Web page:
What is Capital Gains Tax on Rental Property?

To avoid capital gains tax on rental property, you must understand how it works. Read on a plain English explanation:

What is Capital Gains Tax on Rental Property?

When you sell investment or rental property for a price for a profit, this profit is recognized as capital gains on rental property and the government wants a piece of it.

There are different capital gains tax rates depending on what type of property you own and your personal income level. Property investors are also taxed more than home owners when selling their real estate (details below). The table below show the capital gains tax rates in the United States:

Capital Gains Tax Rate

0%
15%
20%

Income Tax Brackets

10%, 15%
25%, 28%, 33%
39.6%

Annual Income

$0 to $36,250
$36,251 to $400,000
$400,001+

From the table above, we can see that someone who makes $200,000 a year will be taxed at 15% for his or her capital gains.

Note that the above tax rates only applies to long term capital gains - Meaning that you have to hold the rental property for at least 1 year before selling it.

If you sell a rental property that you have owned for less than 1 year, any profits will be classified as short term capital gains. Short term capital gains on rental property are taxed at the same rate as ordinary income tax rates (which is higher).

Avoiding Capital Gains Tax on Rental Property

First step to avoid capital gains tax: U.S. tax laws treat home owners better than property investors.

The IRS identifies residential properties as either personal residences or investment properties. The big difference here is that personal residences are exempted from taxes for capital gains of up to $250,000 ($500,000 for married couples filing jointly). Investment properties do not enjoy the same privilege.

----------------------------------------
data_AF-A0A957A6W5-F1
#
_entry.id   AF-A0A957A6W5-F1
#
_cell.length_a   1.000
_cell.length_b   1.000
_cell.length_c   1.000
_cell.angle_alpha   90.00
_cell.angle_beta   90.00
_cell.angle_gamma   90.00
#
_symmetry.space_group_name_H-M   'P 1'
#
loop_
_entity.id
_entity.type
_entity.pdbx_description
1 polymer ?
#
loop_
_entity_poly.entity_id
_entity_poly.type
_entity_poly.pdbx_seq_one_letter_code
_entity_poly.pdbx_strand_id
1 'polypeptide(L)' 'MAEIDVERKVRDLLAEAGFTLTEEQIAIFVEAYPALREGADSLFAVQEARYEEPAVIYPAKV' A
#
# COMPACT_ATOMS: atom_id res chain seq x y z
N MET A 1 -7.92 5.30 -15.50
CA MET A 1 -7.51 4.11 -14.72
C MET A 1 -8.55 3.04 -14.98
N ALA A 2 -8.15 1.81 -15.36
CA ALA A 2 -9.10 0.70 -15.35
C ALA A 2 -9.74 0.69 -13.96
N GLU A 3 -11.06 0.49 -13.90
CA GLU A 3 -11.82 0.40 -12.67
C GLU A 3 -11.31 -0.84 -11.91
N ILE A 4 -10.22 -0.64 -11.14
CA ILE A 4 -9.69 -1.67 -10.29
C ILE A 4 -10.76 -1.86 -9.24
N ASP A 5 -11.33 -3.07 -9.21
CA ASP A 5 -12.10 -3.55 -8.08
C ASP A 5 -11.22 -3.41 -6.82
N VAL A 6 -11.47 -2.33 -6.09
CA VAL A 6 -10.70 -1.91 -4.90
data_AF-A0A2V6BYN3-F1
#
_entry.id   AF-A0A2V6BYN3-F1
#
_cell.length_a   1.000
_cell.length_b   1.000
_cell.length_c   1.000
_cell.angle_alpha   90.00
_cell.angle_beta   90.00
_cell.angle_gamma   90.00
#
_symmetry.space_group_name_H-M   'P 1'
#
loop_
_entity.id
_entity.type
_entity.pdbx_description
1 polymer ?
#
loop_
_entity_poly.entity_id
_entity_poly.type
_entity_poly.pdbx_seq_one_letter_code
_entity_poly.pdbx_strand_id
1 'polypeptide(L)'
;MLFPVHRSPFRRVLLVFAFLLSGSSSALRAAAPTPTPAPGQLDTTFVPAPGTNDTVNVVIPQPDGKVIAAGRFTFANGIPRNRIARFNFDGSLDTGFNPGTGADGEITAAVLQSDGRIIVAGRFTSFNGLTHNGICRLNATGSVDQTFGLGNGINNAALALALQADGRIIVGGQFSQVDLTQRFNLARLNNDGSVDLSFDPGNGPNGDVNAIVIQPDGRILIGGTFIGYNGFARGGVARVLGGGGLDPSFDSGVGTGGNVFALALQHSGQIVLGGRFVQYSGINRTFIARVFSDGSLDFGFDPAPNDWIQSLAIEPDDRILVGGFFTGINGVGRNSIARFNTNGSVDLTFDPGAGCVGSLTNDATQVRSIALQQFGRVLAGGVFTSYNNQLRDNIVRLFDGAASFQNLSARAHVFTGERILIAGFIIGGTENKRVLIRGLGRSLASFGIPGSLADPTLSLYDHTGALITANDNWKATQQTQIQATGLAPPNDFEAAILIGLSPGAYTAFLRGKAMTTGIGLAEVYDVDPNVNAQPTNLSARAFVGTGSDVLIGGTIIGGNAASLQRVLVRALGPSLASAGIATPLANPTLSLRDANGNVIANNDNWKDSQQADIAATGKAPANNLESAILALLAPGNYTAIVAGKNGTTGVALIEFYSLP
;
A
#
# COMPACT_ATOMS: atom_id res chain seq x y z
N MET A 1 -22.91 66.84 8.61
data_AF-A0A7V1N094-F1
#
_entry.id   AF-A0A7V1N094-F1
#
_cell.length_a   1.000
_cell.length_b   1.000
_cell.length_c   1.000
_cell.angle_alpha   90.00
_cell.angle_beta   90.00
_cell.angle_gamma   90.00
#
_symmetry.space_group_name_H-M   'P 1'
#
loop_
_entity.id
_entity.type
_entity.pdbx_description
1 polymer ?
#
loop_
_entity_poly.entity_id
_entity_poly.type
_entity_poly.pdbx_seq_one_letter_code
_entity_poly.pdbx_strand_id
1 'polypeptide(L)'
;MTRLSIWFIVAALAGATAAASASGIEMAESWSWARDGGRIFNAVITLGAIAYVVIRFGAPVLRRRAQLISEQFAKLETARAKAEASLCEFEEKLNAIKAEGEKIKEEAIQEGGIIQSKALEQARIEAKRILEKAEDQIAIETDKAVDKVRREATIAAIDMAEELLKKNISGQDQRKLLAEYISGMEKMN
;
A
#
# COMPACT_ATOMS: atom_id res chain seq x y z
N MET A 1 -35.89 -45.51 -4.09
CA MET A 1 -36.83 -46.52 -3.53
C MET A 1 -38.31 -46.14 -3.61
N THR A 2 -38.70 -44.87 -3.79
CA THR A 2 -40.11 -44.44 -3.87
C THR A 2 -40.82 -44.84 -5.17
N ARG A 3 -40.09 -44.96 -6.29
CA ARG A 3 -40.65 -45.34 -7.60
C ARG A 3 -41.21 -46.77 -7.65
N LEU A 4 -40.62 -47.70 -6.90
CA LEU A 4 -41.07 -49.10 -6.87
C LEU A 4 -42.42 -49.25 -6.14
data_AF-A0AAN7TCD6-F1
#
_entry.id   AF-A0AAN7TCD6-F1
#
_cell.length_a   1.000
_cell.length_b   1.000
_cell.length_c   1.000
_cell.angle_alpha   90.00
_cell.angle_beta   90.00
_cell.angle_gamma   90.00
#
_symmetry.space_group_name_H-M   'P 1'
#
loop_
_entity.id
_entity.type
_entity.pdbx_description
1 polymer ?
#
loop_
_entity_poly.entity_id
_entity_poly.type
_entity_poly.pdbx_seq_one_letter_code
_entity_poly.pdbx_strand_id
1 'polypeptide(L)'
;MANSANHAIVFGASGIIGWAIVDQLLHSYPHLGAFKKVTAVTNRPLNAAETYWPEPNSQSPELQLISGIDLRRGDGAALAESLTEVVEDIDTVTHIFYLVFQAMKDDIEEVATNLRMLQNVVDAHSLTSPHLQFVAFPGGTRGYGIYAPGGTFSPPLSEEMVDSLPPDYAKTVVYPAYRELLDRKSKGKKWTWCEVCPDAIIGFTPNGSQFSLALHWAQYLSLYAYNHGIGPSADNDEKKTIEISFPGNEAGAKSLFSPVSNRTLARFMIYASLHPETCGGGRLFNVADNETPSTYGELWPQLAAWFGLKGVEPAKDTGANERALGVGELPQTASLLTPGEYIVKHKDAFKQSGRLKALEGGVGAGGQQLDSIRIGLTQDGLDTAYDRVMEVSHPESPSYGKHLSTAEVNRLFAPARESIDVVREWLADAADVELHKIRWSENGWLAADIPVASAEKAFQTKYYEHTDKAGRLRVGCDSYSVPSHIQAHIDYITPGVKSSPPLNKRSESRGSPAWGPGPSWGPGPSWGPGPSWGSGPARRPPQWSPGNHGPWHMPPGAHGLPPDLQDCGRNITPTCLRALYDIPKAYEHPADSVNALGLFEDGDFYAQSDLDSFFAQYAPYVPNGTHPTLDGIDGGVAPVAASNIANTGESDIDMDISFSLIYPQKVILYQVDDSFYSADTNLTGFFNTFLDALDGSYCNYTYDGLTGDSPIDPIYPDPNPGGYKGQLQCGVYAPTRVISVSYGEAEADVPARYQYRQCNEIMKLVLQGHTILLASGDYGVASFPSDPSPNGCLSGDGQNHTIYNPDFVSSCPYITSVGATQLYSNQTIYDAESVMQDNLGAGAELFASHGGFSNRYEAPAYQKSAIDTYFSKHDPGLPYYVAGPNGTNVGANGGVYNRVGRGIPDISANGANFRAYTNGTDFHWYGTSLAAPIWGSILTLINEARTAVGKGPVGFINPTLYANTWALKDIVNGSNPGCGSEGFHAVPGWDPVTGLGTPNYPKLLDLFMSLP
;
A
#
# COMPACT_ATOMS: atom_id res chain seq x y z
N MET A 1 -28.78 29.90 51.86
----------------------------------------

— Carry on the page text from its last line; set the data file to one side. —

For your rental property to qualify as a personal residence, you must pass the ownership and use test. You must have owned and lived in the property as your principal residence for at least 2 out of 5 years from selling it.

Don't fret if your property fails to quality as a personal residence - There's always Section 1031 Exchange to fall back on.

Section 1031 Exchange is a tax code that allows you to defer capital gains tax if you reinvest the proceeds from your real estate sale into a like-kind property.

Terms and conditions of the Section 1031 Exchange:

  • It only applies to investment and business properties (no personal residences)
  • You have to identify your new property in writing within 45 days of selling the old one
  • The new property purchase must be complete within 180 days of selling the old one

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